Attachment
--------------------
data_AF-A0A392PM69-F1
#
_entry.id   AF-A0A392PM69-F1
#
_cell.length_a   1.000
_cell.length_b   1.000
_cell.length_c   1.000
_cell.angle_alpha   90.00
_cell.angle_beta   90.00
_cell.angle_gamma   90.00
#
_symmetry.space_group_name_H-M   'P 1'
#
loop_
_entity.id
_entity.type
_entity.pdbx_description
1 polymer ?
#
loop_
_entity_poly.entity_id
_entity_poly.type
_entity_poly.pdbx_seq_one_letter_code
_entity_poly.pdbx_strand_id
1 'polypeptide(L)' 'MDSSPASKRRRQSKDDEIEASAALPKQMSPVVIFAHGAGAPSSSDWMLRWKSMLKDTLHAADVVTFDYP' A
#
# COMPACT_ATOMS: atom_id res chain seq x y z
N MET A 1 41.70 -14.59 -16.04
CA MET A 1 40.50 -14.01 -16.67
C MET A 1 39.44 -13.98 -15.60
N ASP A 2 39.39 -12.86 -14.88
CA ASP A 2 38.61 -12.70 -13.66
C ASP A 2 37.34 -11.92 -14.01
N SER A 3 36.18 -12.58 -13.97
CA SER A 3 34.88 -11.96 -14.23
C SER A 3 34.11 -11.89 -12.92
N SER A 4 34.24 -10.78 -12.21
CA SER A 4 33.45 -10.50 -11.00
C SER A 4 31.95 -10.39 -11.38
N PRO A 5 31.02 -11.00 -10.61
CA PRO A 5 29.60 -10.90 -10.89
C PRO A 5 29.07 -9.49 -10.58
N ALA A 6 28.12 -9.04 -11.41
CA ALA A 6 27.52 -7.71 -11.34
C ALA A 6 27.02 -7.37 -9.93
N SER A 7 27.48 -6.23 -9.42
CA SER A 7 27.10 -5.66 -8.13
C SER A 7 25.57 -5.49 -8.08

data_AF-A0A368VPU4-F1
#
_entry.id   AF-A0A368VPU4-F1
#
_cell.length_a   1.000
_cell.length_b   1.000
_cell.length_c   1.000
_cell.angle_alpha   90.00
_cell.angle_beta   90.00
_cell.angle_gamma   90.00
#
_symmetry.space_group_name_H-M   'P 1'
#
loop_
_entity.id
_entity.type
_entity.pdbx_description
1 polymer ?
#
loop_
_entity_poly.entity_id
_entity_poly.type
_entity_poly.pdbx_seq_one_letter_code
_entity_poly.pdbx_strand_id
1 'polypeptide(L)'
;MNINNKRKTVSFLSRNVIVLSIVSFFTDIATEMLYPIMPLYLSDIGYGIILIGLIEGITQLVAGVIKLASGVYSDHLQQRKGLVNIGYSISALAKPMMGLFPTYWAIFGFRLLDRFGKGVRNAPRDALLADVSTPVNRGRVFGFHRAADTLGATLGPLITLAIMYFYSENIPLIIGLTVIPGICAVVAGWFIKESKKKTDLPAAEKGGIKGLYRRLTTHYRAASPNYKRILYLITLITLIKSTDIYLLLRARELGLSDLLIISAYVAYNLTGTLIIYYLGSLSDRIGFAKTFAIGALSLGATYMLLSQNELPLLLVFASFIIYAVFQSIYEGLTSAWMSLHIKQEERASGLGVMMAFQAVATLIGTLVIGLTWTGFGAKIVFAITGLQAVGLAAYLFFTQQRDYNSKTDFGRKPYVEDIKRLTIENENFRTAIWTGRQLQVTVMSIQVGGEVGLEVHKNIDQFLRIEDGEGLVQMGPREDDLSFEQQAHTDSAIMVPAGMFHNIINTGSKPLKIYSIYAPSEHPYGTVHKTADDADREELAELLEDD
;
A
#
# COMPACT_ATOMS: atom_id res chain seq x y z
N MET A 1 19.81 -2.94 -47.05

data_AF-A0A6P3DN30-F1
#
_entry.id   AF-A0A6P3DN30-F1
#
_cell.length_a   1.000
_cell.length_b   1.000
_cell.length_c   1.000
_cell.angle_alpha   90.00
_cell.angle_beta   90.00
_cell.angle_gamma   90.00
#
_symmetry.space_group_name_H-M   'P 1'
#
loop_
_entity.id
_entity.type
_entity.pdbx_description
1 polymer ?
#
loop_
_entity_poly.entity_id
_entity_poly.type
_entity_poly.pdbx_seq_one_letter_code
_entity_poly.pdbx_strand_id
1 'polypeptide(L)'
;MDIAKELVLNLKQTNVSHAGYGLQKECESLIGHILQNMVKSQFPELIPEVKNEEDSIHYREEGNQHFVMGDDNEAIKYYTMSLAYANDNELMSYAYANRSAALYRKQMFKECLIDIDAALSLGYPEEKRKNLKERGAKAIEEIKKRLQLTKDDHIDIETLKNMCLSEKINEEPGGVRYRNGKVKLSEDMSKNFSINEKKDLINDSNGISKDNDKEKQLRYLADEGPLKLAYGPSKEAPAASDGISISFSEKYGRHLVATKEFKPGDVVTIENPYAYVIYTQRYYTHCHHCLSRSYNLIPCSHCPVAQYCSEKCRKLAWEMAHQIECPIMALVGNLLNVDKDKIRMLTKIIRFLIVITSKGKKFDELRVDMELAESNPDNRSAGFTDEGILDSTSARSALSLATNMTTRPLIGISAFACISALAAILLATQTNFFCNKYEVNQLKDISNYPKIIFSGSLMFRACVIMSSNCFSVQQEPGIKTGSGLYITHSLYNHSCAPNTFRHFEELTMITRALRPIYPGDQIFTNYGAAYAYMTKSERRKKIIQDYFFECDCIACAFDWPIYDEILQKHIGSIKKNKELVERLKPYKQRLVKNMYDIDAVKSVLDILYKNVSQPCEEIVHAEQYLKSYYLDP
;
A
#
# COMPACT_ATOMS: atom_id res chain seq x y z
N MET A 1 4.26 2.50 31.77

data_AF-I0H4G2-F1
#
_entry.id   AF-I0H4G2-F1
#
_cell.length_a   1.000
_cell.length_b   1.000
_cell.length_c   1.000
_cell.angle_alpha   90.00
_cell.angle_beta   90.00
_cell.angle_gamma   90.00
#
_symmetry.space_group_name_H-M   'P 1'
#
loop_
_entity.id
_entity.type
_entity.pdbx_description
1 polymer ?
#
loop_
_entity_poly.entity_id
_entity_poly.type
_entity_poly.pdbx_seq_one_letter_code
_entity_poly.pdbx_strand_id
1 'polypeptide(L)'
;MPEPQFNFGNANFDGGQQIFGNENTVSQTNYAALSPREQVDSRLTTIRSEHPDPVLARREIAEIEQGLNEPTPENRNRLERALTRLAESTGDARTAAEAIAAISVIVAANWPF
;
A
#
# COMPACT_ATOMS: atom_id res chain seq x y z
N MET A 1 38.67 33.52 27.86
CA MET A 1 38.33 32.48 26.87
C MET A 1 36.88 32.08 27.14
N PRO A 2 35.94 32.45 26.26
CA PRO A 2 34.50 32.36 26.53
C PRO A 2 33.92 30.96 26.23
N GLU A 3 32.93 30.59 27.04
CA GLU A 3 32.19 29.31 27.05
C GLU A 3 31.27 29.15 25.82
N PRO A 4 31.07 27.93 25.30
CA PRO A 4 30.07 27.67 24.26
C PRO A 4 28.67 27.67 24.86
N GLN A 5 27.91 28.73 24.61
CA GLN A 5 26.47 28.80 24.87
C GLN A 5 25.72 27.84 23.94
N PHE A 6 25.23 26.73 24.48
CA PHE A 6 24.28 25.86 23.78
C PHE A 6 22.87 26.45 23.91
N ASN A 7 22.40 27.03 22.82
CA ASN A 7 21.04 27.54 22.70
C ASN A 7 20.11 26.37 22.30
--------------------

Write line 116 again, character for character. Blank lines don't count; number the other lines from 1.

_cell.length_b   1.000